Thursday, April 2, 2009

Olmert Finally Replaced as Prime Minister

Prime Minister Benjamin Netanyahu likes to portray himself as a right wing political leader. A major key in his rise to power was in his objection to the Gaza pullout. He had supported all of the legislation that made the pullout a reality until it was too late. He justified having the first crack at being Prime Minister even though he had less seats then Kadima on the premise that the right wing parties had more votes. During the election he said he would reach out to Kadima and Labour to form the government. Once given the opportunity he put in a considerable amount of effort to get them on board eventually settling with Labour in the government.

He has managed to put together and incredibly stable government. He managed to work out a compromise between religious parties Shas and UTJ with Yisrael Betaynu on begin to reform marriages laws, so that everyone who lives in Israel may eventually have the opportunity to get married in Israel. National Union is the only right wing party that was left out of the government. It seems to be as much their fault as anything Netanyahu did.

Bringing half of Labour into the government was brilliant. He has successfully divided the party as they try to figure out what direction the party should go in the future. The MKs who decided not to join the government cannot run under Labour in the next election if they vote against the party. They will be sitting out a lot of votes. For votes that require a fixed number of votes to pass, their abstention is equal value to them sitting in the government. The extra members means Yisrael Betaynu is the only party that holds the balance of power.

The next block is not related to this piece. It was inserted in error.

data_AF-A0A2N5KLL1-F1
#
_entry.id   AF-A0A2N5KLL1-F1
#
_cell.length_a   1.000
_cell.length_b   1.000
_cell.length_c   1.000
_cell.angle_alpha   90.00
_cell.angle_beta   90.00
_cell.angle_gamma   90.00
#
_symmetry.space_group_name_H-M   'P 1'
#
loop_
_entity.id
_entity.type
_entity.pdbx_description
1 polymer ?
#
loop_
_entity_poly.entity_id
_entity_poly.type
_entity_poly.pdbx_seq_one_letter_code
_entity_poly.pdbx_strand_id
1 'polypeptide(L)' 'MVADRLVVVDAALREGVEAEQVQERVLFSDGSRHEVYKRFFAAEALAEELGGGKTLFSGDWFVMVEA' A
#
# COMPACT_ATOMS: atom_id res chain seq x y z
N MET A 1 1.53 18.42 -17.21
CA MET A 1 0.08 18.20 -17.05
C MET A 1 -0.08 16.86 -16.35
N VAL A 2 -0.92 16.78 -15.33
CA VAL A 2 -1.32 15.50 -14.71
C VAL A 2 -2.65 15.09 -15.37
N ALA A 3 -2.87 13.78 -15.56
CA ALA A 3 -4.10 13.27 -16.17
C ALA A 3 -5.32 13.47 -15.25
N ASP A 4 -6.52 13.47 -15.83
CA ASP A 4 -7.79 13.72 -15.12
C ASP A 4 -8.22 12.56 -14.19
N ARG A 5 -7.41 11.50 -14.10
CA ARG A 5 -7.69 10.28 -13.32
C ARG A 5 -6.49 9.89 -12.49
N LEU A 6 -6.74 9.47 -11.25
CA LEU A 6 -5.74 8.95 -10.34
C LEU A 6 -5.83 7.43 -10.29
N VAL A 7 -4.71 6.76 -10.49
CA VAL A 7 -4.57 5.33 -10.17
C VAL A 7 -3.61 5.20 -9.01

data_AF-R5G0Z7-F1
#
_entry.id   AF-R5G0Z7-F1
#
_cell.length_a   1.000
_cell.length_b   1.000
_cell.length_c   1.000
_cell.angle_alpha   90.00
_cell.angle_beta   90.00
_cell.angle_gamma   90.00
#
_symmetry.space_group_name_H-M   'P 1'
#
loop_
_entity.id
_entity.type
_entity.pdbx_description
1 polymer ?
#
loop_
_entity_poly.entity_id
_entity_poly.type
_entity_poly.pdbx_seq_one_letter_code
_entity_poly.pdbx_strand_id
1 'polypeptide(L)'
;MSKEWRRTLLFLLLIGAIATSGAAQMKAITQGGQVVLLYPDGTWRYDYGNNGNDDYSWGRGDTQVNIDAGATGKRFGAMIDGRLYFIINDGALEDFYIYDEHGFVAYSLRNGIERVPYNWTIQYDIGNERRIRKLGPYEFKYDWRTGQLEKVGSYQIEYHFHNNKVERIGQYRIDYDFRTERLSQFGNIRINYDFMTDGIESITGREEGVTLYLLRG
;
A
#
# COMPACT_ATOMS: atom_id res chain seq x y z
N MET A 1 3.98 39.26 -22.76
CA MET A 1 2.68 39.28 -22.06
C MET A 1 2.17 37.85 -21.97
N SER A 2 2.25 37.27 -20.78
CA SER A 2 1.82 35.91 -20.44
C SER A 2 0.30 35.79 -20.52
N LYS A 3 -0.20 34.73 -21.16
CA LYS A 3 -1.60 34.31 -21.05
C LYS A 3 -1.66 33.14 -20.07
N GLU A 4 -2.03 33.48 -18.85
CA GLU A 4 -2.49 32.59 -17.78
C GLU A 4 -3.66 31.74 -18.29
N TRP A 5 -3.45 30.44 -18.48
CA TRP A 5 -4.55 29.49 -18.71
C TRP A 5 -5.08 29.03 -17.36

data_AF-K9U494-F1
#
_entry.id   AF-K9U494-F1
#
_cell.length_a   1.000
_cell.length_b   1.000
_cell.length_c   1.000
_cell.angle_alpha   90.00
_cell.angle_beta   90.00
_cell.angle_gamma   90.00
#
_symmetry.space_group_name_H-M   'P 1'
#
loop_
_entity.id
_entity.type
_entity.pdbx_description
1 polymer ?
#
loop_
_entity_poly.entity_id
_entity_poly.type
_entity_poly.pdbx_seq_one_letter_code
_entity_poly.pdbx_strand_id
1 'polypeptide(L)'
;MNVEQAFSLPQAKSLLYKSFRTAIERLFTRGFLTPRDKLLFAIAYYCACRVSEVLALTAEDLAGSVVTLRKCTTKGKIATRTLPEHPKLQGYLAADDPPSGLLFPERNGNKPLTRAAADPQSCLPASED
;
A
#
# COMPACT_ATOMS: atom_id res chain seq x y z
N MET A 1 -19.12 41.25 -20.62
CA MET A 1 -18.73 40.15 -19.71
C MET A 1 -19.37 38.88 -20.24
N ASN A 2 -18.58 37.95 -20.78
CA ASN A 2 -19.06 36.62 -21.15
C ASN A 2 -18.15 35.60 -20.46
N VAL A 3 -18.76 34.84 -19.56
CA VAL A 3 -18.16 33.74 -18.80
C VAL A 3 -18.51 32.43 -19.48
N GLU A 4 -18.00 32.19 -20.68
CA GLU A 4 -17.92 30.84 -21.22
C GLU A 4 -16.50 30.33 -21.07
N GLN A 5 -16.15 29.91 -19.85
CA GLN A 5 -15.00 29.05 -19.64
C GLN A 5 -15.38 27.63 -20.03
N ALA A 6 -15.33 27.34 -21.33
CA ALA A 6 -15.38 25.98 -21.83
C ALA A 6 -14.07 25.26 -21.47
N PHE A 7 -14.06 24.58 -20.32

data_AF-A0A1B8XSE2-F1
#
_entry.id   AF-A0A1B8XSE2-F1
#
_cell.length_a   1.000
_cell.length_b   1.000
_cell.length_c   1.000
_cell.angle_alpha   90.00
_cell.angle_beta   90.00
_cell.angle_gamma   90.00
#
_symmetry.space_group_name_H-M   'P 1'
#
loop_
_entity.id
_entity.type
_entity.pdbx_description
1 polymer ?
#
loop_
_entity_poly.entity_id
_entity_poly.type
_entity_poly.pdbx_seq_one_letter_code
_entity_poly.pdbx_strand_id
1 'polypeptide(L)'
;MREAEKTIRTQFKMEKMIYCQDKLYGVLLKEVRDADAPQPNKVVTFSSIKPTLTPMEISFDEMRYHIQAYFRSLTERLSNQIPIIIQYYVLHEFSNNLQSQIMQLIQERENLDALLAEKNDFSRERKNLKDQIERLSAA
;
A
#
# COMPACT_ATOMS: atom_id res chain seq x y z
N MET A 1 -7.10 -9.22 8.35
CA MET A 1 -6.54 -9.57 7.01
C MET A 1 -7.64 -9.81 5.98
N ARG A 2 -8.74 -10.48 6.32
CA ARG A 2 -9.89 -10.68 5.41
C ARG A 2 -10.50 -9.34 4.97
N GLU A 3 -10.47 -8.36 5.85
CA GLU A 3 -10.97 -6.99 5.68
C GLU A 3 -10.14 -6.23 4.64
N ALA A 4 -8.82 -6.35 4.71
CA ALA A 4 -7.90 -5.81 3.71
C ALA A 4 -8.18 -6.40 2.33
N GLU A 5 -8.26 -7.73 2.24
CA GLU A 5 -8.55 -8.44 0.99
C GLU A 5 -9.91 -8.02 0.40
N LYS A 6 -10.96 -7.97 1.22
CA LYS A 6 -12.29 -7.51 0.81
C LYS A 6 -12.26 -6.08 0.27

Netanyahu paid a heavy price to get his government. He had to give out all of the good jobs to his coalition partners to convince them to join, leaving scraps for his own party. He already has problems inside of Likud as his campaign against right wing candidates cost Likud greatly at the polls. He is now has a bloated government with 30 ministers some without portfolios and some as valuable as Minister of Twiddling Thumbs or Minister of Toilet Paper in the Knesset bathroom. Keeping everyone happy will be his biggest challenge. This is a big change from trying to keep the government alive, which is how most coalitions are built.

It is too early to tell which direction this government will end up taking. The built in stability will make it more difficult to be taken over by small minded special interest issues. Hopefully it will not be as bad as the last one.

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